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Using NetBeans with NeXtMidas

Note: This document was written using NetBeans 4.0. Please see the NeXtMidas Training for examples using NetBeans 5.0.

This section explains how the NetBeans GUI builder creates new panel definitions for existing macros. For an introduction on using JavaBeans to create panels in NeXtMidas, go to JavaBeans.

  1. Getting NetBeans
  2. Registering NeXtMidas Widgets
  3. Starting a Project in NetBeans
  4. Creating a New GUI Form
  5. Editing a GUI Panel
  6. How it Works
  7. How-To Tips
The following directions are for NetBeans IDE 4.0 running on Java 5.0 (1.5.0). Users with earlier versions should upgrade to benefit from the latest form editor enhancements.

The NetBeans use of "form" is equivalent to the Midas term "panel." Both words are used interchangably throughout this section.

Getting NetBeans

NetBeans is a "free and open source... integrated development environment for Java Software Developers" sponsored by Sun Microsystems. NetBeans can be downloaded, free of charge, in one of two ways:

  1. Stand-Alone Application -
  2. Bundled with the Java Development Kit (JDK) -

(Most users find that downloading and installing the bundled version is easiest.)

When the installation is complete, make a note of the command provided in the install window. This command starts NetBeans (on RedHat Linux, it may be /opt/netbeans-4.0/bin/netbeans).

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Registering the NeXtMidas Widgets

NeXtMidas comes with two new Swing widgets that embed plots and other NeXtMidas displays in GUIs created with NetBeans. These steps register the NeXtMidas widgets:

  1. In NetBeans, select Tools-->Palette Manager
  2. Select "Add From JAR."
  3. Select the nxm-sys.jar JAR file (located in the $NMROOT/jars directory after NeXtMidas is built), and press "Finish."
  4. Select "Show Marked JavaBeans." Shift-select both "MidasControls" and "MidasDisplay," and then press "Next."
  5. Highlight "Swing" and press "Finish."
  6. To finish, press "Close" in Palette Manager .

Always repeat these registering instructions after installing a new NeXtMidas release to guarantee the most current NeXtMidas widgets.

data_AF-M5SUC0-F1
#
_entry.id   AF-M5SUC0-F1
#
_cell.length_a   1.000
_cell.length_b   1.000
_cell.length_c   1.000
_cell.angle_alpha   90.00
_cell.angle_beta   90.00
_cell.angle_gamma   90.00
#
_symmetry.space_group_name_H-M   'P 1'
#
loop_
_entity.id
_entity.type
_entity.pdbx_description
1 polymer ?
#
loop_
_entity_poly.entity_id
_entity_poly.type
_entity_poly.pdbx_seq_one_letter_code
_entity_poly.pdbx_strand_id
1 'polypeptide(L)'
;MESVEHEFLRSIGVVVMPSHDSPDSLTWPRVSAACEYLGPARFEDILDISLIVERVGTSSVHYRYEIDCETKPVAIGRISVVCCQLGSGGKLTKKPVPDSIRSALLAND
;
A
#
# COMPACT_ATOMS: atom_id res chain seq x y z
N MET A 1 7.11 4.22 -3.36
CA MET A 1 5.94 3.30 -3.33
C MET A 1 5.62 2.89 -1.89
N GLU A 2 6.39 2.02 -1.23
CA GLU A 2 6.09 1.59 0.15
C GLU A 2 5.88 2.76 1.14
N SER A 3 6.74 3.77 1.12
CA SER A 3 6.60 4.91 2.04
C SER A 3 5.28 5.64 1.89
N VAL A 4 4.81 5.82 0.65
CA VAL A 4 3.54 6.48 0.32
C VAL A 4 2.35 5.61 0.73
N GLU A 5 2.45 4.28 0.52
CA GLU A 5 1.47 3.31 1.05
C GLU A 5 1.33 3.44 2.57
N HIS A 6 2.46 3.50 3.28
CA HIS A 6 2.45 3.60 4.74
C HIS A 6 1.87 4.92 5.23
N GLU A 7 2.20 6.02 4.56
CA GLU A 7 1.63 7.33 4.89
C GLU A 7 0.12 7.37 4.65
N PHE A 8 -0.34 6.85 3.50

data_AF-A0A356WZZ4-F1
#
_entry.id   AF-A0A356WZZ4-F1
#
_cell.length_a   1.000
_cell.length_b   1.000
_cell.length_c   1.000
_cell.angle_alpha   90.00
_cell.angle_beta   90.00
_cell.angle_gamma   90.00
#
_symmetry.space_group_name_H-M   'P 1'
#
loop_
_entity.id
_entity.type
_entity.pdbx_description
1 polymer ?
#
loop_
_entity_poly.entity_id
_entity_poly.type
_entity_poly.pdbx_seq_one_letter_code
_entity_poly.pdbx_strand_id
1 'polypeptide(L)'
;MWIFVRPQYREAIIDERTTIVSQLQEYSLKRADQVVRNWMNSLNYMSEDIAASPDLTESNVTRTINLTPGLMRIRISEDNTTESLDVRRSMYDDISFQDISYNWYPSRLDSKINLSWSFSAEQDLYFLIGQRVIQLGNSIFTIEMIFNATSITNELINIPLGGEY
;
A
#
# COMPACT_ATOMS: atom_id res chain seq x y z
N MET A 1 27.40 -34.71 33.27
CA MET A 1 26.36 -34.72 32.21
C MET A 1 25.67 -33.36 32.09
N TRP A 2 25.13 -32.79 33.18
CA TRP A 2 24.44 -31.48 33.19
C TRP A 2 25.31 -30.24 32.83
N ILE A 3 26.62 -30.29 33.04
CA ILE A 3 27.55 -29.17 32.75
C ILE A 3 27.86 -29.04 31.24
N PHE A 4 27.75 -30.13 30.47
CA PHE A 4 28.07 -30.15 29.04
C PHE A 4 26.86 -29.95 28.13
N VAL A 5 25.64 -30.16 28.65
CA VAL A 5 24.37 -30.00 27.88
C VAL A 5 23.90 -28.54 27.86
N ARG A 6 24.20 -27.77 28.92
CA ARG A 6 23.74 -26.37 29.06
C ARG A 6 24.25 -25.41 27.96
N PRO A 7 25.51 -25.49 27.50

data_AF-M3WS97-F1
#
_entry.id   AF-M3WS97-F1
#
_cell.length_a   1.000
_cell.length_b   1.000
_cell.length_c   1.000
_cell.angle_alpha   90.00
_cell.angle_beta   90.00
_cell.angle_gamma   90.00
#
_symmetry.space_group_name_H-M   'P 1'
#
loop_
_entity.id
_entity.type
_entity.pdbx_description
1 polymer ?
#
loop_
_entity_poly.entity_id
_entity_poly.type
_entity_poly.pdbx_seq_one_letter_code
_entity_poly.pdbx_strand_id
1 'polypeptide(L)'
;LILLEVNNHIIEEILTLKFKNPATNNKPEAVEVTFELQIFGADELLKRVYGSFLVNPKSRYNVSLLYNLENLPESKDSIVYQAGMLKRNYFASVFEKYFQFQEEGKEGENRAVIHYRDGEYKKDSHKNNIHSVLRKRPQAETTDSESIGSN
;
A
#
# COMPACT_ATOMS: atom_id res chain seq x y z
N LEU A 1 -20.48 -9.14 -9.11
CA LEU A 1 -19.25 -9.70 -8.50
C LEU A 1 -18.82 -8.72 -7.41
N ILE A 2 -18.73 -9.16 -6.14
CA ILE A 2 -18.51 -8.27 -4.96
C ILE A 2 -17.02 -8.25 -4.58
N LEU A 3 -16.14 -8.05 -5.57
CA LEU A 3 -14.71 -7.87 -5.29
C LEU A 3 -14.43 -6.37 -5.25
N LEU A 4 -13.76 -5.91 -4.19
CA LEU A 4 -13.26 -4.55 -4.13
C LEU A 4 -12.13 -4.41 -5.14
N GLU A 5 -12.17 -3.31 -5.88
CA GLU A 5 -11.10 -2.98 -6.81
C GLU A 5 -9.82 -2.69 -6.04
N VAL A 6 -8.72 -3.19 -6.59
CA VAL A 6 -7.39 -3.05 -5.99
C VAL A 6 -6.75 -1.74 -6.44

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Starting a Project in NetBeans

The first step in creating a GUI for an existing macro is establishing a NetBeans project for the macro's option tree:

  1. In NetBeans, select File-->New Project.
  2. Under "Categories," select "Standard" and "Java Project With Existing Sources." Press "Next."
  3. Press the "Browse" button next to "Source Packages Folder," and select the $NMROOT directory.
  4. For "Project Name," enter NeXtMidas_Project and press "Finish."
  5. Your project is now listed under the "Projects" tab on the left side of the NetBeans window.

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Creating a New GUI Form

After a project is made for the appropriate option tree, you can create a new GUI form:

  1. The "Files" tab on the left side of the NetBeans window should list your project.
  2. Expand the project in the "Source Packages" section, and expand "nxm," "opt" (where "opt" is the name of your option tree), and then "mcr."
  3. Right-click on the "mcr" area, and select New-->File/Folder.
  4. Select "Java GUI Forms" and "JFrame Form," and press "Next."
  5. For "Class Name," enter the name of the macro the form will use (the name is lower-case and does not include a .mm extension on it), and press "Finish."

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Editing a GUI Panel

This is a quick overview on using NetBeans to create NeXtMidas GUIs. For more details, please see the following:

Once the form is created, it can be edited. If the form is not opened, double click the icon under the projects tab on the left of the screen.